Review: ‘The Name of the Rose’

The Name of the Rose is a sorrowfully mediocre screen version of Umberto Eco's surprise international bestselling novel.

The Name of the Rose is a sorrowfully mediocre screen version of Umberto Eco’s surprise international bestselling novel.

Confusingly written and sluggishly staged, this telling of a murder mystery in a 14th-century abbey has been completely flubbed by director Jean-Jacques Annaud and his team of four (credited) screenwriters, as they struggle even to get the basics of the story up on the screen.

Tale has English Franciscan monk Sean Connery and his novice Christian Slater arriving at an Italian abbey in preparation for a conclave. After a series of murders at the massive edifice Connery, in the style of an aspiring Sherlock Holmes, undertakes an investigation of the deaths while more delegates continue to arrive.

One of the latecomers if F. Murray Abraham, an inquisitor who sees Satan behind every foul deed and who threatens to condemn his old rival Connery due to the latter’s insistence on seeking a rational solution to the crimes.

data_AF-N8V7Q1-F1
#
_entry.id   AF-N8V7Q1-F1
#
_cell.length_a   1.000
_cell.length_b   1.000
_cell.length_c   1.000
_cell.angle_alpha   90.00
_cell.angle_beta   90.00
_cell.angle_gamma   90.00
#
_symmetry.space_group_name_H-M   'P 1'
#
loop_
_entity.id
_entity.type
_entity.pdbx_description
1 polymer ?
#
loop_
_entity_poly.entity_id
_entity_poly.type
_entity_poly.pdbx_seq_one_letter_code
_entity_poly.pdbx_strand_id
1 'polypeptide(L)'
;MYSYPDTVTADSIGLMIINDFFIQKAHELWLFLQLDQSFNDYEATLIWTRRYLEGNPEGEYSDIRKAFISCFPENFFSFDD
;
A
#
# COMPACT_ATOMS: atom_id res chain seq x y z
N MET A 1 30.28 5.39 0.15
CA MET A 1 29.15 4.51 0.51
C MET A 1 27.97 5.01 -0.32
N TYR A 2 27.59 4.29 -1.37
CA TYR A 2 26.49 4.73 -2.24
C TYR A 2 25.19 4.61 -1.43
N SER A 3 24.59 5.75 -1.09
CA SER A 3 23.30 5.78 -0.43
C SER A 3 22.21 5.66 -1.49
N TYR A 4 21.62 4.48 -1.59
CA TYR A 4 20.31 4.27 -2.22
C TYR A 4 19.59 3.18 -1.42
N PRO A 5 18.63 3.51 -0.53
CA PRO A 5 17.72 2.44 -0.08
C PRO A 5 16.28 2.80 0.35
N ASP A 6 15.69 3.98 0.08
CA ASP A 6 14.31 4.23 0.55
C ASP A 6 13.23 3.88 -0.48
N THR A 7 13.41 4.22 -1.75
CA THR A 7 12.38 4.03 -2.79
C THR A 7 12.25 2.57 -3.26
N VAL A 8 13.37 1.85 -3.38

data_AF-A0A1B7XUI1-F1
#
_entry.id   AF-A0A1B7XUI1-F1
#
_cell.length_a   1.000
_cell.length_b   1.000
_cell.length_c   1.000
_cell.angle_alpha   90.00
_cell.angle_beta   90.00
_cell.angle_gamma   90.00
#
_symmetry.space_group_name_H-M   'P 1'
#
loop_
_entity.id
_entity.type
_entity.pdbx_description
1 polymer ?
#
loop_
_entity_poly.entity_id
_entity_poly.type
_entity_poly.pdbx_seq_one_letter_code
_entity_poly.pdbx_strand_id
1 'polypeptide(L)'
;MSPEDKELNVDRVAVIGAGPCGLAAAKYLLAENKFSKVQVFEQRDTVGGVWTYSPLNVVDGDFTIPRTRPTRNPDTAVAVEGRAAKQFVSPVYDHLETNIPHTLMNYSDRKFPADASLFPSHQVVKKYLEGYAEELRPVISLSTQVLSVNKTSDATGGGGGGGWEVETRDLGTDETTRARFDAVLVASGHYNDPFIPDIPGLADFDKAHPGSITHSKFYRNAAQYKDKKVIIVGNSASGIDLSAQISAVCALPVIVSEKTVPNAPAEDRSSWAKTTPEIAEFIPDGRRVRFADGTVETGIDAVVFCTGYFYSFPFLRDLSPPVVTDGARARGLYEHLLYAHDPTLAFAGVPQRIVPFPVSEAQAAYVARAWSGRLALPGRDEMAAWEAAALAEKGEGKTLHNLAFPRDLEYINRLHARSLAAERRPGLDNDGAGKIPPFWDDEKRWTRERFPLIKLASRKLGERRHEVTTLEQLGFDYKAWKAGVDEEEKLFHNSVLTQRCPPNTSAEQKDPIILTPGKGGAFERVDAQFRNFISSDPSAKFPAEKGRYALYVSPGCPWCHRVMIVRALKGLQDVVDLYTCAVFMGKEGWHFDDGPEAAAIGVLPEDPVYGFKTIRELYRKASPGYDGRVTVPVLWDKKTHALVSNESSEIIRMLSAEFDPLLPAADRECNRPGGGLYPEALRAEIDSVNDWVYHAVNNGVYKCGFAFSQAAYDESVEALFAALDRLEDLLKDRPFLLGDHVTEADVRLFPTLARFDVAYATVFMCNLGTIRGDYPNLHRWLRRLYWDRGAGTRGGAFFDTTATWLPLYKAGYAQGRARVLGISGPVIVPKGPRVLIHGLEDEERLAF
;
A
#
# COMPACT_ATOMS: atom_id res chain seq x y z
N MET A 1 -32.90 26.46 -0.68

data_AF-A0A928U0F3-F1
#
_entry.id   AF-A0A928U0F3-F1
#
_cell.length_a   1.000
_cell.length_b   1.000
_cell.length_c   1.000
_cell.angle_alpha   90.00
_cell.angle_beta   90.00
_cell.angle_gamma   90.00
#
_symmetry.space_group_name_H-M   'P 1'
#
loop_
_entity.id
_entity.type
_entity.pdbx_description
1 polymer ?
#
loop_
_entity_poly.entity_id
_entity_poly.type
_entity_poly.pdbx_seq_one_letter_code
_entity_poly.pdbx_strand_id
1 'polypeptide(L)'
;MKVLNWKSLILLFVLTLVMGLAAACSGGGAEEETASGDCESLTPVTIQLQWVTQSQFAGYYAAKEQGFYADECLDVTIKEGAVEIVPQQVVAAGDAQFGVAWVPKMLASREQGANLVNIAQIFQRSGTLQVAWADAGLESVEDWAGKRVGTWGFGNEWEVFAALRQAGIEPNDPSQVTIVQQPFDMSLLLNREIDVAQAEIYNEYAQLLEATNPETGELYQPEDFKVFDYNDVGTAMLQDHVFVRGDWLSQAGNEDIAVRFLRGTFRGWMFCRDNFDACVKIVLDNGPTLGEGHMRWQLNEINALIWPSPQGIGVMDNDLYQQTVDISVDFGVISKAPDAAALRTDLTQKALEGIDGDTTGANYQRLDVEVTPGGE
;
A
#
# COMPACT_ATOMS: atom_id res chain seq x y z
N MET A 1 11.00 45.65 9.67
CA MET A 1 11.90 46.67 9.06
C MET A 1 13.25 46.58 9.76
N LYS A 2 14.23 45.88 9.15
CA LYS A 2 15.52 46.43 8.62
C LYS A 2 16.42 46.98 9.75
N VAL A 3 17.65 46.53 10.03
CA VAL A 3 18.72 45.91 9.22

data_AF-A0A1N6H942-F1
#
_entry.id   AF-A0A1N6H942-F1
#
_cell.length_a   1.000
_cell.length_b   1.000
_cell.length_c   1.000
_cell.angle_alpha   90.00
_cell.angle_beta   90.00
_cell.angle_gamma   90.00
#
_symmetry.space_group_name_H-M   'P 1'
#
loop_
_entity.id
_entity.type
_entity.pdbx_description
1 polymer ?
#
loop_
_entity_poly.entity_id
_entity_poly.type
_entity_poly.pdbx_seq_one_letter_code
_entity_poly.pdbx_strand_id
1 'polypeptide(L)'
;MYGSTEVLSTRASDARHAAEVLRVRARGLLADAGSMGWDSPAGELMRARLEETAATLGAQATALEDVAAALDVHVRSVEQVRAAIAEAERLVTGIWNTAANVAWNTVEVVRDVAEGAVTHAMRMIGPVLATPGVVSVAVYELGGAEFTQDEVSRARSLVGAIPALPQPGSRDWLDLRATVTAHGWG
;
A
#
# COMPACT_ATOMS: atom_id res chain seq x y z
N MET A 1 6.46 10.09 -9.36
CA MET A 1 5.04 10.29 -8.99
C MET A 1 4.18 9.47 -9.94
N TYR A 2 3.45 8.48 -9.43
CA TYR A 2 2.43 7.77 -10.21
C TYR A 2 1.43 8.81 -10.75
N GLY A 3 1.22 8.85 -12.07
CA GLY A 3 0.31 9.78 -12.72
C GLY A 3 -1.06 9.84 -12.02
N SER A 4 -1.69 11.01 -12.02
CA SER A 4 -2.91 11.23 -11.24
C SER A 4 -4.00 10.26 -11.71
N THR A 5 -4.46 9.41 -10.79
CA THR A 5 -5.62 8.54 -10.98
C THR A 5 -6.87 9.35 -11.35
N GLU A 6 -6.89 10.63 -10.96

Connery lends dignity, intelligence and his lovely voice to the proceedings. His performance, however, along with some tantalizing E.M. Escher-style labyrinths in the interior of the abbey, are about the only blessings.

The Name of the Rose

W. Germany - Italy - France

Production

Neue Constantin/Cristaldifilm/Ariane/ZD. Director Jean-Jacques Annaud; Producer Bernd Eichinger; Screenplay Andrew Birkin, Gerard Brach, Howard Franklin, Alain Godard; Camera Tonino Delli Colli; Editor Jane Seitz; Music James Horner; Art Director Dante Ferretti

Crew

(Color) Available on VHS, DVD. Extract of a review from 1986. Running time: 130 MIN.

With

Sean Connery F. Murray Abraham Christian Slater Michel Lonsdale Ron Perlman Valentina Vargas
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